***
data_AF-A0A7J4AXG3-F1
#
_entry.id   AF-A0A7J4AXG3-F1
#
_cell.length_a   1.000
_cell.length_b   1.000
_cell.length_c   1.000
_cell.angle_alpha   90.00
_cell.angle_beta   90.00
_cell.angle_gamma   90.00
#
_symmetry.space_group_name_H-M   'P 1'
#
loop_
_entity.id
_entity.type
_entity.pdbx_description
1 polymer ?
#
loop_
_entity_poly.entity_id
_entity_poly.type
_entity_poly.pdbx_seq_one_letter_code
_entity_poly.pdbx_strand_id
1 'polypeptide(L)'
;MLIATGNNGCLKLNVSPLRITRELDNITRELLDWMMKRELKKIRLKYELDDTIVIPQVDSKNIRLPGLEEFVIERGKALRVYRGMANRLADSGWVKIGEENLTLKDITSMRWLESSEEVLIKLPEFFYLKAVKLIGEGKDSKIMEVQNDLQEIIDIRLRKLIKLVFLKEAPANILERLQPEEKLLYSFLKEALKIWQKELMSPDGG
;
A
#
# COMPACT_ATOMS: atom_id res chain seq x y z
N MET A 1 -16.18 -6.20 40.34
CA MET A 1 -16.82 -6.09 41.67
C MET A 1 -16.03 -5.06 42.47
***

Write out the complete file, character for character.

data_AF-A0A7J4AXG3-F1
#
_entry.id   AF-A0A7J4AXG3-F1
#
_cell.length_a   1.000
_cell.length_b   1.000
_cell.length_c   1.000
_cell.angle_alpha   90.00
_cell.angle_beta   90.00
_cell.angle_gamma   90.00
#
_symmetry.space_group_name_H-M   'P 1'
#
loop_
_entity.id
_entity.type
_entity.pdbx_description
1 polymer ?
#
loop_
_entity_poly.entity_id
_entity_poly.type
_entity_poly.pdbx_seq_one_letter_code
_entity_poly.pdbx_strand_id
1 'polypeptide(L)'
;MLIATGNNGCLKLNVSPLRITRELDNITRELLDWMMKRELKKIRLKYELDDTIVIPQVDSKNIRLPGLEEFVIERGKALRVYRGMANRLADSGWVKIGEENLTLKDITSMRWLESSEEVLIKLPEFFYLKAVKLIGEGKDSKIMEVQNDLQEIIDIRLRKLIKLVFLKEAPANILERLQPEEKLLYSFLKEALKIWQKELMSPDGG
;
A
#
# COMPACT_ATOMS: atom_id res chain seq x y z
N MET A 1 -16.18 -6.20 40.34
CA MET A 1 -16.82 -6.09 41.67
C MET A 1 -16.03 -5.06 42.47